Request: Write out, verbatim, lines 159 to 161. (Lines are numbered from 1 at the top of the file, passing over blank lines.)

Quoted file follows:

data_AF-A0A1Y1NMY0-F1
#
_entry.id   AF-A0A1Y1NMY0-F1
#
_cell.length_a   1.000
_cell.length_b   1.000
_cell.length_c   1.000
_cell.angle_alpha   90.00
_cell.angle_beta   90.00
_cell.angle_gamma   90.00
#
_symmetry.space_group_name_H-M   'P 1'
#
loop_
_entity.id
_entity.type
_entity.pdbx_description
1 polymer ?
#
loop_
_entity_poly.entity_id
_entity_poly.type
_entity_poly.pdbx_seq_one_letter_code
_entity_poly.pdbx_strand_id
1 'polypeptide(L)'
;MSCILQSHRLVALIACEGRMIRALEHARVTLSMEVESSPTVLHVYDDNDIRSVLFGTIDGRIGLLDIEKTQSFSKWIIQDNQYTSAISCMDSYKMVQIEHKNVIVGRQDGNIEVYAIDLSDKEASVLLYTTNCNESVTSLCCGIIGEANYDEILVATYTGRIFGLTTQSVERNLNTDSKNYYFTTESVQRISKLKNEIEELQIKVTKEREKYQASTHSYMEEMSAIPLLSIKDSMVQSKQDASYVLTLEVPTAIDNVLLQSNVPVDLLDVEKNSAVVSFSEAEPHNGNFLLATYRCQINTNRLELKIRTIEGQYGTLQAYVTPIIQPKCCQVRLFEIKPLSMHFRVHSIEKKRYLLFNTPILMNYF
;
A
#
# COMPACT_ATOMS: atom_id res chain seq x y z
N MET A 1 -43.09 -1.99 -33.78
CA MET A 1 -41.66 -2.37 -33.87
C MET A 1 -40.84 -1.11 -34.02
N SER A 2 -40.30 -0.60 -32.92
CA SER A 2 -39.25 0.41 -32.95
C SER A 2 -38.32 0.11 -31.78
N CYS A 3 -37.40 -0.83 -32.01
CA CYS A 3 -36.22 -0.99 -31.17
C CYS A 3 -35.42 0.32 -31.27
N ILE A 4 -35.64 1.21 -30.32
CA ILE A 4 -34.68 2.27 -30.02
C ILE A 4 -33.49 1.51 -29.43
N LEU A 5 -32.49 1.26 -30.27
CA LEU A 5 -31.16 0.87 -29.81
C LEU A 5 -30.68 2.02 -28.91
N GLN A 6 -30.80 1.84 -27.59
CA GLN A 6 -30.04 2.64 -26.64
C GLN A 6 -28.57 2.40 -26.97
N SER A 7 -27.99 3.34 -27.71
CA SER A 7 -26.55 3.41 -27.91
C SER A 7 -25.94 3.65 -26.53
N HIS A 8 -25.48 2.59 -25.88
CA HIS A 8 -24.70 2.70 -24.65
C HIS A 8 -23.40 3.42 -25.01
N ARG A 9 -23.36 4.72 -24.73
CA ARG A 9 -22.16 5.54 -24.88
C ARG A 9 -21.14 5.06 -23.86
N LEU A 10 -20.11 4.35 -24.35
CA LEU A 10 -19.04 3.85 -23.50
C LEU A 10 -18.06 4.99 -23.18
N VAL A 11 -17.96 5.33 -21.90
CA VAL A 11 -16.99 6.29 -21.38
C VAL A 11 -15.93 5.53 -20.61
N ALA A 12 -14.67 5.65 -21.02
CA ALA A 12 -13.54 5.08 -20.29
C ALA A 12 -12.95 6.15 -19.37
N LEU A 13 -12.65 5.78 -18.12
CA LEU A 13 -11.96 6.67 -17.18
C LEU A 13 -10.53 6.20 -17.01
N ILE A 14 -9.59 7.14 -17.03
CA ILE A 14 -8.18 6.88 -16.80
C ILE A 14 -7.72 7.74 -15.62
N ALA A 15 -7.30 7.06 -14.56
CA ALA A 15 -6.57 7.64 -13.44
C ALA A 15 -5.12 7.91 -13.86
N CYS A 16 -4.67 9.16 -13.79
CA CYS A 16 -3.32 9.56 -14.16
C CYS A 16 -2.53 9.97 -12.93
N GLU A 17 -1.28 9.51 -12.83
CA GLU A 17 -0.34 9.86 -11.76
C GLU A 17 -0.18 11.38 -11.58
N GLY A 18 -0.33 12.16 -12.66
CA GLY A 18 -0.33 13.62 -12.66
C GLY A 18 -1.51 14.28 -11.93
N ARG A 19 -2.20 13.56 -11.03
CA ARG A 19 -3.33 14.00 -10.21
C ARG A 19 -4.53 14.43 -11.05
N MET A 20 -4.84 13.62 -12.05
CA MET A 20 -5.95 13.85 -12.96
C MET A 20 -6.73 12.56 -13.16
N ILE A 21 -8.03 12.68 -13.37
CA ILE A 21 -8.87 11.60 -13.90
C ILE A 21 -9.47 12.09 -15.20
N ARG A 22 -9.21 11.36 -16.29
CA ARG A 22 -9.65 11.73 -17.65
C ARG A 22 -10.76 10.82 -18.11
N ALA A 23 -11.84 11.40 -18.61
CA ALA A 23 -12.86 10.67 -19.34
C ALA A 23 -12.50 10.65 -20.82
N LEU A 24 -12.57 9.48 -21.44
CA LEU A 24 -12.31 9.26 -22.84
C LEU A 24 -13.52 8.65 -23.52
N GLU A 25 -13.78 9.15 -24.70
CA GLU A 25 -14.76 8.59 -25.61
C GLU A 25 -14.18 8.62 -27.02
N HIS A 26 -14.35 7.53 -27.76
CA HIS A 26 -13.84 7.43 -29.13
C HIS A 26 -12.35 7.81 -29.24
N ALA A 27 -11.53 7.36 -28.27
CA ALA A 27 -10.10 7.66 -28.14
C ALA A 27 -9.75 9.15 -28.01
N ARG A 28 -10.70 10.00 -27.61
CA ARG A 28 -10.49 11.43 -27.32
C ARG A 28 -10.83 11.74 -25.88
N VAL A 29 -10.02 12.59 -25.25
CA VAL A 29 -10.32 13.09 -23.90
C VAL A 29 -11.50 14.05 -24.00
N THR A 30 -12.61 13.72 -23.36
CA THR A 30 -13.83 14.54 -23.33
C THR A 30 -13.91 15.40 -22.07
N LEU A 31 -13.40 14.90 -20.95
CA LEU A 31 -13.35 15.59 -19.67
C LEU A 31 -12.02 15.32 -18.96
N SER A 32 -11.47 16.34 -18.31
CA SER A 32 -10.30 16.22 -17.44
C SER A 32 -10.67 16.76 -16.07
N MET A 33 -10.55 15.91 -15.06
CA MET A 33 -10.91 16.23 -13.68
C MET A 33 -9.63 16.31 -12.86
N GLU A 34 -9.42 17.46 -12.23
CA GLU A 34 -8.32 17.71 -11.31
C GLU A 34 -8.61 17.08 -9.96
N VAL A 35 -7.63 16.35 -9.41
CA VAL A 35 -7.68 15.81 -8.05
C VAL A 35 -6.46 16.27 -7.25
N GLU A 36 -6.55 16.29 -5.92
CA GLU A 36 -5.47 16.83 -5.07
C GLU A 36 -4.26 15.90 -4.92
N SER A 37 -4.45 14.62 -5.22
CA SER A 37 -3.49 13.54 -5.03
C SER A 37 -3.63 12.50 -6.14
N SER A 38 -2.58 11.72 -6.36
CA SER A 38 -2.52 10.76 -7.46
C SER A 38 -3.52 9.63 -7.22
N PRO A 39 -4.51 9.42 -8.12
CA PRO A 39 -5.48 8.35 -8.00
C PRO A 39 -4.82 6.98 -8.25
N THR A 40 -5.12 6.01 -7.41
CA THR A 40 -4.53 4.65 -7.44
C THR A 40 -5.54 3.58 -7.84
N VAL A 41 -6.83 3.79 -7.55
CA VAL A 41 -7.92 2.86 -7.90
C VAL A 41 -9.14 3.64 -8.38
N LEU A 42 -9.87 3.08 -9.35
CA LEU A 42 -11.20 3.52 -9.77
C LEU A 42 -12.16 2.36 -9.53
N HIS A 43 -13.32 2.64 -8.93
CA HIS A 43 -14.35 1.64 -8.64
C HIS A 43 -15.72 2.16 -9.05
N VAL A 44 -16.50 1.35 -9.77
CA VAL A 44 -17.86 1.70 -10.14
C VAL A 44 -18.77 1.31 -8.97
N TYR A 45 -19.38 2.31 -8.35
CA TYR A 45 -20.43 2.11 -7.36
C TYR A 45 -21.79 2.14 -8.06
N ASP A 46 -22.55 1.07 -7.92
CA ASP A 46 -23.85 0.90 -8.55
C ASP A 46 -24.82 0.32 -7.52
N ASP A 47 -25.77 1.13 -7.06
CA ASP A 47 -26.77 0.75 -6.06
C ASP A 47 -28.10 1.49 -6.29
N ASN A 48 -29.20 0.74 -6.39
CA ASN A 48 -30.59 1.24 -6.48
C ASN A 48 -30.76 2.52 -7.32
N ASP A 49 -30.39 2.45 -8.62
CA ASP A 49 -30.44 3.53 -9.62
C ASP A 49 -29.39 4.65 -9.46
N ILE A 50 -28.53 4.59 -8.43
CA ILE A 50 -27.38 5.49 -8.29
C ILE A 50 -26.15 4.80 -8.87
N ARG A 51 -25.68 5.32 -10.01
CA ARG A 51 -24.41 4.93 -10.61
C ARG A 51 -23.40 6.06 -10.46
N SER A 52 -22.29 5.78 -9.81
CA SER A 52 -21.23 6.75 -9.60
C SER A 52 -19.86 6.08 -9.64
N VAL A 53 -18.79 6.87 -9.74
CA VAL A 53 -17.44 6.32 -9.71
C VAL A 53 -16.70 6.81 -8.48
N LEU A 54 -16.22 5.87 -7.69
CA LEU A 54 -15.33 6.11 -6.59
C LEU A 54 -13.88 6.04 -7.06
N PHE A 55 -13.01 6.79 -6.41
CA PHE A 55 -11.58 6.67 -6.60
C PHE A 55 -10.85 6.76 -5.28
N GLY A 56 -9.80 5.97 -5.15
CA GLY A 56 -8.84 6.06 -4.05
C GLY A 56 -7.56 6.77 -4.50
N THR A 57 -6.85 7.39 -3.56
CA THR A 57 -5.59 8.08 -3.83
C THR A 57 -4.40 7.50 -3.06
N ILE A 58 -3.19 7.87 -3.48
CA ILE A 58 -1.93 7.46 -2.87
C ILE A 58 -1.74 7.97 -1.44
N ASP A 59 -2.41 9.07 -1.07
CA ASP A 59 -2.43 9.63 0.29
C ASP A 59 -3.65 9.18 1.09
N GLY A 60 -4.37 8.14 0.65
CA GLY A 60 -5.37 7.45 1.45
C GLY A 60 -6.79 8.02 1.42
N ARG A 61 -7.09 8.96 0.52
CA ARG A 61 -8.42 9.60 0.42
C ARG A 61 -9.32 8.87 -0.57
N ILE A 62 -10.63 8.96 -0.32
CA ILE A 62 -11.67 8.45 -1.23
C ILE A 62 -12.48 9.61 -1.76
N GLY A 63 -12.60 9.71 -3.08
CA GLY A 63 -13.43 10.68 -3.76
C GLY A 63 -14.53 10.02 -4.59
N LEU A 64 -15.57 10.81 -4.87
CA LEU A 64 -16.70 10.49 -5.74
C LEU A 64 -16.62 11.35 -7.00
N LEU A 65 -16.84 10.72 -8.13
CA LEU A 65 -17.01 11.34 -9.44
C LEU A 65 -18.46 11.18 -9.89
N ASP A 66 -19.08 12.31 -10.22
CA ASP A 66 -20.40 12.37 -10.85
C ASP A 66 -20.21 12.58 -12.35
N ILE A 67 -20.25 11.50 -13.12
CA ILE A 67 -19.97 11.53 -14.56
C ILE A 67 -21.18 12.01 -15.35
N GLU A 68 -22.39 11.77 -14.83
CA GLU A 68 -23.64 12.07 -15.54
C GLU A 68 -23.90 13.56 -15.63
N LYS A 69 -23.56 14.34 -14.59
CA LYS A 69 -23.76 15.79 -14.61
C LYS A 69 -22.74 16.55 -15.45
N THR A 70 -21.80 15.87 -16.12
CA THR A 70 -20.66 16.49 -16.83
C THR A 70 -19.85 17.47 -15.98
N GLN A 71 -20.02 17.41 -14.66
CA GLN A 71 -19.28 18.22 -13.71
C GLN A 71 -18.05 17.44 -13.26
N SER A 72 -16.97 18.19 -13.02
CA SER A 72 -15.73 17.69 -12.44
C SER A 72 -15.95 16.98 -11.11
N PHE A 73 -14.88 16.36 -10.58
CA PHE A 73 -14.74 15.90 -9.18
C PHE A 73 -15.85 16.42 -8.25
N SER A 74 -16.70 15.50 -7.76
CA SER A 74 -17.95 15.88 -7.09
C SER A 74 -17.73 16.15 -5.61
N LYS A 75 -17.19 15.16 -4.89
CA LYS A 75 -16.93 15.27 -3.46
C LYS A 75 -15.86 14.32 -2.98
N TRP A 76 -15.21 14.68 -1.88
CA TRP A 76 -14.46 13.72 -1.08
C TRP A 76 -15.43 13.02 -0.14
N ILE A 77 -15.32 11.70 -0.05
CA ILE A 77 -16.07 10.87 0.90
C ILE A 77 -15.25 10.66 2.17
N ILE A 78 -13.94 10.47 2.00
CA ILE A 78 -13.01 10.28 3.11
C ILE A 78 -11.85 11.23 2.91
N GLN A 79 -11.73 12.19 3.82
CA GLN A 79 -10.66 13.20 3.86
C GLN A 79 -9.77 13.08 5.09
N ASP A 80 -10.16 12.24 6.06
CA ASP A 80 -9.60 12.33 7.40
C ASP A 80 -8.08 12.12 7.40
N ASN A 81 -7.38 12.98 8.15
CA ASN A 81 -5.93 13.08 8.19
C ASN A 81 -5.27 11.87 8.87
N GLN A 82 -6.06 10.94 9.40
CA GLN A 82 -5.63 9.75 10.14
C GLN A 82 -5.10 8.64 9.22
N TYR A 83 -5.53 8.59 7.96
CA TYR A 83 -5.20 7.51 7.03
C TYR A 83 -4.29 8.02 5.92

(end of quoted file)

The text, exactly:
C HIS A 43 -15.72 2.16 -9.05
N VAL A 44 -16.50 1.35 -9.77
CA VAL A 44 -17.86 1.70 -10.14